A Snip of the Scissors
Portrait of Gaetano Aloisio
A bespoke suit by Gaetano Aloisio, Calabrian by birth and Roman by adoption, can take up to 70 hours to make. A formal style, never eccentric or ostentatious, boasting cuts that, though supremely elegant and sober, are nevertheless always extremely comfortable.
Aged just 22, he won the Golden Scissors, a prestigious award given by the Accademia Nazionale dei Sartori which, each year, is awarded to the artisan tailor who best expresses style, ability, creative flair and the formal severity of bespoke tailoring. Though his workshop is Rome-based, his customers are scattered throughout the world: Japanese, American, Arabs and Europeans who demand the utmost in tailoring and who often expect Aloiso to travel in order to reach them wherever they find themselves in the world.
Gaetano Aloisio is featured in A Tailor-made Guidebook – Rome.
Made in Sassari. He has always been passionate about fashion, he graduated in Law at LUISS University of Rome, where he lives and works, over the years he acquired an expertise in institutional communication. From now on, he is in charge of public relations and event planning, and he is also a consultant for AltaRoma.
The following artist is Andreas Trobollowitsch, he is Austrian and converts or manufactures tools for himself, which will be used for his sound performances.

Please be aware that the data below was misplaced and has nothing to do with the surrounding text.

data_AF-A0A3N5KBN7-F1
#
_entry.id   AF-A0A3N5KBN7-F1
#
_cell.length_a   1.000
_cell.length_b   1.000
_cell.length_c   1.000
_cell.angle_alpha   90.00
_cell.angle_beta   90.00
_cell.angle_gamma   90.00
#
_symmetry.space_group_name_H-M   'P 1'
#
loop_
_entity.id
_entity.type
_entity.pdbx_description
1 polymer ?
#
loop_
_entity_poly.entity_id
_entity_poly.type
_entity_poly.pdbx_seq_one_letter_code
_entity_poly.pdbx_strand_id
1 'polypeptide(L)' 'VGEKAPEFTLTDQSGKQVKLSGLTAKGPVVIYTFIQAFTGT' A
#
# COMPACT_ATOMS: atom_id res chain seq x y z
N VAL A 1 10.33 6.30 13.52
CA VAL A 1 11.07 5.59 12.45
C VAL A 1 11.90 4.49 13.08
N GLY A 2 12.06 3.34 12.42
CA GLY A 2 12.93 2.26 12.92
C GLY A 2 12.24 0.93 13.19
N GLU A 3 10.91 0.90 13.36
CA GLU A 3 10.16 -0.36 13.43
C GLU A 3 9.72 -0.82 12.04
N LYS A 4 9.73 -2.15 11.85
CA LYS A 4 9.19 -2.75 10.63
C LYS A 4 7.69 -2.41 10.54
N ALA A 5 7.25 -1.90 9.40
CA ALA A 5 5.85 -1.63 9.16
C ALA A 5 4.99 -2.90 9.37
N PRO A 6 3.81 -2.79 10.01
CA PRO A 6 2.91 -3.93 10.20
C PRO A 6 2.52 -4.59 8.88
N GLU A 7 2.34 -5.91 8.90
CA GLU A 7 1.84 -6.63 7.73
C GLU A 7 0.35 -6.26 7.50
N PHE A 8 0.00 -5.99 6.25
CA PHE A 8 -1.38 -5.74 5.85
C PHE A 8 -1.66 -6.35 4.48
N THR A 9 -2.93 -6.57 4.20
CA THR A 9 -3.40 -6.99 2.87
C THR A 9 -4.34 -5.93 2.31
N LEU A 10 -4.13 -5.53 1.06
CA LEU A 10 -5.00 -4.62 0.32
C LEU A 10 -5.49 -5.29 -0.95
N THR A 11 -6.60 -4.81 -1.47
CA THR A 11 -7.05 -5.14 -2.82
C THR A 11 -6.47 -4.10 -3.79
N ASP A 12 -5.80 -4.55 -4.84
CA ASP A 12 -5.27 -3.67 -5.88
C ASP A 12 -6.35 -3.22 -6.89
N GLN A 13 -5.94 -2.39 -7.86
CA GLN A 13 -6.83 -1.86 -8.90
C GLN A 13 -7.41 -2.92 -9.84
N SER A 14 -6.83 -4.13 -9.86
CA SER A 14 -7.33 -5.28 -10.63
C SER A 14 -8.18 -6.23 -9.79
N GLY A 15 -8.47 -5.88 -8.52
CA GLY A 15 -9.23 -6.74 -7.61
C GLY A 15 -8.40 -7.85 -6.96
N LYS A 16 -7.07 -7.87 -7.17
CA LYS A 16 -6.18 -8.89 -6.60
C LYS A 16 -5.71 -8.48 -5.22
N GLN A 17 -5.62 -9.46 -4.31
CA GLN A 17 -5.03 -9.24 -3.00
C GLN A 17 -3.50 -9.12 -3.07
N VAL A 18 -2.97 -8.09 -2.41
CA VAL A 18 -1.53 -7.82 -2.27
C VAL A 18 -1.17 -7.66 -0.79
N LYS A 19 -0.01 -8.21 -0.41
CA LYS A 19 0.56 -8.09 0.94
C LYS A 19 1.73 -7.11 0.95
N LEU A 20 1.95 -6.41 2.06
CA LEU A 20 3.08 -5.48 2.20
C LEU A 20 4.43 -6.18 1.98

Under the title "Complément d’objets", Made in Town is exploring the field of design through the work of designers, architects, craftsmen, artists and furniture manufacturers, and focusing on the most distinctive features of designing, handcrafting or industrially manufacturing objects, furniture and accessories. The first edition highlights the work of wood and the various approaches that go along with it.
In order to promote the know-how and the characteristics of La Rochère glass factory, located in Passavant-la-Rochère in the French department of Haute-Saône, Made in Town conducted a series of six video interviews of French and European designers, who have integrated the know-how of the glass factory into their creations. Each in their own way, they mastered glass.